Students talk about love at ISEC event

Martha Sales talks to attendees of the first chapter of her presentation series titled “Loving While Black” on Tuesday in DSU. “Just because you’ve been a victim, doesn’t mean you have to stay one.” said Sales. The series will discuss the importance of real love and what it takes to have healthy relationships.

Andrew Critchelow

With Valentine’s Day drawing close, WKU students discussed all things love Tuesday, taking part in the first chapter of Loving While Black, an event organized by the Intercultural Student Engagement Center. Held in Downing Student Union, this first presentation in the series was titled Chapter I: Foundations of Black Love.

The presenters of this event were Martha Sales, Executive Director of ISEC and WKU Trio Programs, and her husband, Rev. Shawn Sales. The couple discussed their ideas of what love is during the presentation and encouraged audience participation and viewpoints.

“You already know how to put each other down,” Martha Sales said near the beginning of the event, addressing the crowd. “You already know how trifling guys are. You already know how trifling females are. That’s not why we’re here. We’re for solution-oriented conversation.”

The event was part of a list of Black History Month events hosted by ISEC that will occur throughout February including WKU Black Trivia, Black Violin and Distinguished Minority Fellows Workshop.

The event started with an activity in which attendees were asked to leave their seats and split into groups that represented what they believed was most important in love. The four groups were “cash,” “force,” flesh” and “dependency.” When students split into their respective groups, Martha Sales explained to the audience that focusing too much on one area had consequences.

“If you’re only connected by one of these four, you are breeding unhealthy relationships,” Martha Sales said. “And based on what I hear you say, swinging through our office or talking to some of the older students who are in here, there are a whole lot of unhealthy relationships on college campus. That’s why we’re in Chapter One: Welcome to Loving While Black.”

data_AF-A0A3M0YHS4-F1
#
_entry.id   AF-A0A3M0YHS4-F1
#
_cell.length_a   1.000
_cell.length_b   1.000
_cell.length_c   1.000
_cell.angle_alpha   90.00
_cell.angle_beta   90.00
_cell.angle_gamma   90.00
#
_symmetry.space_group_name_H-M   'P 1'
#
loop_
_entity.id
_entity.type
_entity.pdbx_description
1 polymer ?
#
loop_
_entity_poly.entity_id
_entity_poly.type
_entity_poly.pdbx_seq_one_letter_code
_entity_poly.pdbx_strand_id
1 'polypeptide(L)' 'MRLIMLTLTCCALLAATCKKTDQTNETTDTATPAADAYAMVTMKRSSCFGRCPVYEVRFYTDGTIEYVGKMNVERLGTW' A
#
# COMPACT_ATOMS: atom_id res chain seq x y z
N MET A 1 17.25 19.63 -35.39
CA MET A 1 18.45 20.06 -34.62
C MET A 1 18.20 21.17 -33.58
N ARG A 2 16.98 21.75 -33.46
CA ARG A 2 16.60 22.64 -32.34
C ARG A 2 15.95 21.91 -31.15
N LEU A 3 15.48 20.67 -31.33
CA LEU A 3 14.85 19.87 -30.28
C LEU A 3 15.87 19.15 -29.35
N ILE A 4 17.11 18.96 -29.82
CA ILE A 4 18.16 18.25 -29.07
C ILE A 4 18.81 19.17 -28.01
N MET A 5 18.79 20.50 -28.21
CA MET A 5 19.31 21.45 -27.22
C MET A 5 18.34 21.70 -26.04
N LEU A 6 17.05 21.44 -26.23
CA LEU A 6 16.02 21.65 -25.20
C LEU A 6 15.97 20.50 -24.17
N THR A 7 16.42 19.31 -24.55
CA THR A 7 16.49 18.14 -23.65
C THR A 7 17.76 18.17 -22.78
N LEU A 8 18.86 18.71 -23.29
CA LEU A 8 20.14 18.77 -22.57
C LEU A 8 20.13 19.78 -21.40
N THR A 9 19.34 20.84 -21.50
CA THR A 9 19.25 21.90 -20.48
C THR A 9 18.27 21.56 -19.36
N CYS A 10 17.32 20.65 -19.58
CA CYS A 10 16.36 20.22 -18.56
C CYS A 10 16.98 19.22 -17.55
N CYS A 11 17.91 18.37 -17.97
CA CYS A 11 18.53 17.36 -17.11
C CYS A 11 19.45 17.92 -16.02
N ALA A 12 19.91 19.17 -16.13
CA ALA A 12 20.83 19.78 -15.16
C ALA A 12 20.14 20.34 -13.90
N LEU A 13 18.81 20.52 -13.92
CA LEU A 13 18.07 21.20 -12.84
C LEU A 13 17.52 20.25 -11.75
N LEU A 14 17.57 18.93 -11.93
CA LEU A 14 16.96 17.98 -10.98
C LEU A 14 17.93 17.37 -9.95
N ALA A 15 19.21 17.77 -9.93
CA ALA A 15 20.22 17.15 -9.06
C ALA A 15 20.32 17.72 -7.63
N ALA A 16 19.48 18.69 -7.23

After the audience returned to their seats, Martha and Shawn Sales began discussing some of the difficulties of finding love. Shawn Sales said many students have trouble finding love because they haven’t been exposed to healthy relationships.

“I came from a broken home,” Shawn Sales said. “If somebody would have asked me when I was your age ‘what does healthy love look like,’ I couldn’t have raised my hand either.”

The presenters then went on to ask the audience about their ideas of what love is. Students responded with answers such as “compromise,” “patience” and “commitment.” The presenters and audience members exchanged ideas about what love means to them.

The event concluded with the presenter’s idea of what the first chapter of the Loving While Black series is about, elaborating that self-love is essential.

“It’s going to be hard for you to love anybody else if you don’t love yourself,” Martha Sales said. “If you don’t know how to treat yourself, it’s going to be hard to be ask somebody else to give you that.”

Teran Sundy, graduate student at WKU, said attending the event was helpful for students to understand and discuss the topic of love in an open forum.

“I think it was very important that people got to understand self-love,” Sundy said. “I’m 25 and I’m still on this journey of self-love and trying to accept myself in order for someone else to love me. I feel like at this age it’s one of those things where a lot of people might miss out on that.”

Before the attendants left the event, Martha Sales requested the audience exercise self-love before attending the next installment of Loving While Black.

“I want you to think about what you have done lately to show yourself that you love yourself,” Martha Sales said. “…Next week is Valentine’s Day. Send yourself a Valentine’s card. If you want a rose, send yourself a rose. If there’s something you desire in someone else, invest in yourself. I know that sounds crazy but how can you recognize what love looks like if you don’t even love yourself?”

Reporter Andrew Critchelow can be reached at 270-745-6288 and [email protected].